One of the biggest storms in the history of the eastern seaboard hit a few days before Halloween this year. Officials knew far ahead of time that Sandy would be something for the record books; a variety of atmospheric and weather conditions were likely to combine into a disaster.
Sandy was the perfect storm. The “Frankenstorm,” as it was named, hammered the New Jersey coastline as well as New York City and everything in between. Flooding, fires, power outages, sinkholes, and much more occurred as a result of Hurricane Sandy. Many people have died throughout the storm’s path.
But, at the same time, the technology that powers the Web 2.0 movement saved many lives. Twitter, one of the beacons of communication and interaction, and also a keystone of Web 2.0 philosophy, played a huge role in helping residents prepare for Sandy. Twitter was an easy way to get timely and vital information out to millions of people in a split second. NYC officials and NJ officials could inform residents through Twitter about evacuation zones, shelters, and numerous other preparatory steps.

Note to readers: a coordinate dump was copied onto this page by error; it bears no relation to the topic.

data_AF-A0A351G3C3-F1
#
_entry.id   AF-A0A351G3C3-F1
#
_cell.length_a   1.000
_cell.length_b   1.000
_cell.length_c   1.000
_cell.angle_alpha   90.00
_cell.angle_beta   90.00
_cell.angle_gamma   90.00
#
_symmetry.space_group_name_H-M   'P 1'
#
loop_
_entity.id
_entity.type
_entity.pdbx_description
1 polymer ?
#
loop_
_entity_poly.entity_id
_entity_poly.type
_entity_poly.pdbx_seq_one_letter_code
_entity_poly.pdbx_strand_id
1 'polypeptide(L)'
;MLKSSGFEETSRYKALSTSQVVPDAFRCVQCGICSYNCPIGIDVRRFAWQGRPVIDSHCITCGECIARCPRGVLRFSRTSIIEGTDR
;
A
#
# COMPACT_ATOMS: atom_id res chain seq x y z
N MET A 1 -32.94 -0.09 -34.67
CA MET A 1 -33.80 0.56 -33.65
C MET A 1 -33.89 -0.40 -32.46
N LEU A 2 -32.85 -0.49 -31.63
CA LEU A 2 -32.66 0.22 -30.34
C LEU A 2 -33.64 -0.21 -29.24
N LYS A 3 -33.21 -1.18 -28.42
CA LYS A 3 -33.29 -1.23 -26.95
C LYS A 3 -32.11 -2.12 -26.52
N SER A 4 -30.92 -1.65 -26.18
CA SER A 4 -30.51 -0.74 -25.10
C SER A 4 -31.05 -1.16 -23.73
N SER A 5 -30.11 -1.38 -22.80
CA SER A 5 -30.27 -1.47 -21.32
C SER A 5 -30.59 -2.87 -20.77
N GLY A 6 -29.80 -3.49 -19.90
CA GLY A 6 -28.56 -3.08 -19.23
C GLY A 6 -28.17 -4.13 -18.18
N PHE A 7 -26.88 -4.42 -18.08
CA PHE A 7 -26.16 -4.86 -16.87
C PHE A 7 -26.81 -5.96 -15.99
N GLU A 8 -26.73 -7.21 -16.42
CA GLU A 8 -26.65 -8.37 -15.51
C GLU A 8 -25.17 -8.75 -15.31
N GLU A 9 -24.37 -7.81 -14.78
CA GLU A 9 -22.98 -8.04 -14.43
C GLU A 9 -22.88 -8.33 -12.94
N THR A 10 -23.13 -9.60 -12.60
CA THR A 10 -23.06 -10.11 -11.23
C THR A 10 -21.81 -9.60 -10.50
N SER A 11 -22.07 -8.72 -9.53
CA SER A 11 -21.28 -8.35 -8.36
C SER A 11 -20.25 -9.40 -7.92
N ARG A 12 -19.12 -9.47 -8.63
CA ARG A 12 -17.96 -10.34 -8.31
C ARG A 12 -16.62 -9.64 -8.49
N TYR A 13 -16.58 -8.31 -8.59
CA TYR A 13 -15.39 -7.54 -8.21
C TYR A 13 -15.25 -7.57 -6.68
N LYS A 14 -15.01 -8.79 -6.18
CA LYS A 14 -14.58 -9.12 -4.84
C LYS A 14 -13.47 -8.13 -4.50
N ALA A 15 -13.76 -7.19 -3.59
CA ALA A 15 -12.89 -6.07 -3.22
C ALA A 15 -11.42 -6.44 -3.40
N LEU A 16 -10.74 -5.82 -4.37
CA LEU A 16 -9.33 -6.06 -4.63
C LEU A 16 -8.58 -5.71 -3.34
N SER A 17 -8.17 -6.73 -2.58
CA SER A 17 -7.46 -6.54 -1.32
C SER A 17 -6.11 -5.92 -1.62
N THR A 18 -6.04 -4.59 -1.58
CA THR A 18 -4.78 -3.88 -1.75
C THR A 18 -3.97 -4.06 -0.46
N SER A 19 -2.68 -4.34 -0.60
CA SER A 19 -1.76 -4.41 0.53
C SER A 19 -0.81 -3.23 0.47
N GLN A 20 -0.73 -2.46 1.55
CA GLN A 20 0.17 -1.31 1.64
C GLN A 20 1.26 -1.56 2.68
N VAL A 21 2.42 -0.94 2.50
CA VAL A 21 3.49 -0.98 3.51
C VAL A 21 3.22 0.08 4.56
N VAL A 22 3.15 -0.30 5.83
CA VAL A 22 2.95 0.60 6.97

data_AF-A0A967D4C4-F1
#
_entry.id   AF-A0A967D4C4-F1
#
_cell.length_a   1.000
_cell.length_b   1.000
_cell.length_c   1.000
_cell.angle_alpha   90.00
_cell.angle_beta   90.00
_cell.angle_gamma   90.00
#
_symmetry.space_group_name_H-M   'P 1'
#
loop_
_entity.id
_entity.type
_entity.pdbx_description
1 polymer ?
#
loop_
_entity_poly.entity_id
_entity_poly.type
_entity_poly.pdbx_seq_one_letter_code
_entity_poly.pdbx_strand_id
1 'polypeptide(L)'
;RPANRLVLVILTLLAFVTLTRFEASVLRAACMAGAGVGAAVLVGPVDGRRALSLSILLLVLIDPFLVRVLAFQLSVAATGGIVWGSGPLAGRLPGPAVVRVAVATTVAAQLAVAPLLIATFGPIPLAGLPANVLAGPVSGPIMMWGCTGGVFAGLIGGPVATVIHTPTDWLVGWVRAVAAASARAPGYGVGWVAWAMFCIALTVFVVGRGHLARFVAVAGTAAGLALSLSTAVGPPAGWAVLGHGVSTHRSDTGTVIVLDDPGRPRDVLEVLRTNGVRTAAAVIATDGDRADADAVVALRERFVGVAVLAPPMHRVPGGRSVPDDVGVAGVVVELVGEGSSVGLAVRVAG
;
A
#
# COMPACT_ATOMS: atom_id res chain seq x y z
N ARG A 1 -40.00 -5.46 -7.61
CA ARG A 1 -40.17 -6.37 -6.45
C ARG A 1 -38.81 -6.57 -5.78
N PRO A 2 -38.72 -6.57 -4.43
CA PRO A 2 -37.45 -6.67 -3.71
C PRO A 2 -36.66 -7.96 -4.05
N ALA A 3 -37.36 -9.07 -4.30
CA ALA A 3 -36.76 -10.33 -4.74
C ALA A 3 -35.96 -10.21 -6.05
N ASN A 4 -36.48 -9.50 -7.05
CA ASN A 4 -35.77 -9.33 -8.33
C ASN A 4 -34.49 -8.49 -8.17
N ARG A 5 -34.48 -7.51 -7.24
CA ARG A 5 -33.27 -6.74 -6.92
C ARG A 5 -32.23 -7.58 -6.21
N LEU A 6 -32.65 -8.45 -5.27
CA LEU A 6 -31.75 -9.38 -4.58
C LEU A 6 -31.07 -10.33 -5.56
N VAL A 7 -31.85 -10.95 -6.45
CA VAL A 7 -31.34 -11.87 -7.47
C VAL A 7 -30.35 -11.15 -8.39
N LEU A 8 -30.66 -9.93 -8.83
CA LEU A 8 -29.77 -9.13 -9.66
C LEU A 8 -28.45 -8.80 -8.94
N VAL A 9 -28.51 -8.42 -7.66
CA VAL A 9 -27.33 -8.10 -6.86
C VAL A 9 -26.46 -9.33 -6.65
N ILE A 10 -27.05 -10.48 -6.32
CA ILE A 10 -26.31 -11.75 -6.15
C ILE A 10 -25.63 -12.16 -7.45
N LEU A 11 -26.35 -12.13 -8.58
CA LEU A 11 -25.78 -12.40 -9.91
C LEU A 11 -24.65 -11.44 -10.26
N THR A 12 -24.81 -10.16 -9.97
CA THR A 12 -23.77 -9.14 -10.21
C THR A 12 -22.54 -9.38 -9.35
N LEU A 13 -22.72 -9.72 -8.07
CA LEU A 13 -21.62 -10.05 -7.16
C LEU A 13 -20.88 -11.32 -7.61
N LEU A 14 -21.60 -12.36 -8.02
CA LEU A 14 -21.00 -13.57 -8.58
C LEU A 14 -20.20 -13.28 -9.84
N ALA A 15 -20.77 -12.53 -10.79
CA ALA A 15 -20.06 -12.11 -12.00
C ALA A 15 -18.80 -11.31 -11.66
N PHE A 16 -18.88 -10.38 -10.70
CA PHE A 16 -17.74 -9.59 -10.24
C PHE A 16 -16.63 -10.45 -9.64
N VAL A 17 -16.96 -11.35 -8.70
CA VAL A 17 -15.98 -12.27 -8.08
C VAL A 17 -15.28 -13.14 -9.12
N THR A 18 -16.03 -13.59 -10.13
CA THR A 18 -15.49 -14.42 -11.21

People were able to get their questions about storm preparation answered quickly and easily. People even relied on Twitter to reach emergency authorities when 911 or 311 were overloaded. Facebook was also a great tool of communication and information during Hurricane Sandy. The Red Cross used data from Twitter and Facebook to create a real-time map of information and people who needed help. This allowed them to respond to emergencies faster and more efficiently.
A few weeks ago, we wrote about the h4d2 hackathon. The work done at the conference is exactly the type of work that needs to be done to integrate Web 2.0 into disaster relief. Because of Hurricane Sandy, it looks like emergency officials have been paying attention to how useful Web 2.0 can be in a disaster. Hopefully, the integration of Web 2.0 tech will continue to improve the response to crisis in the future.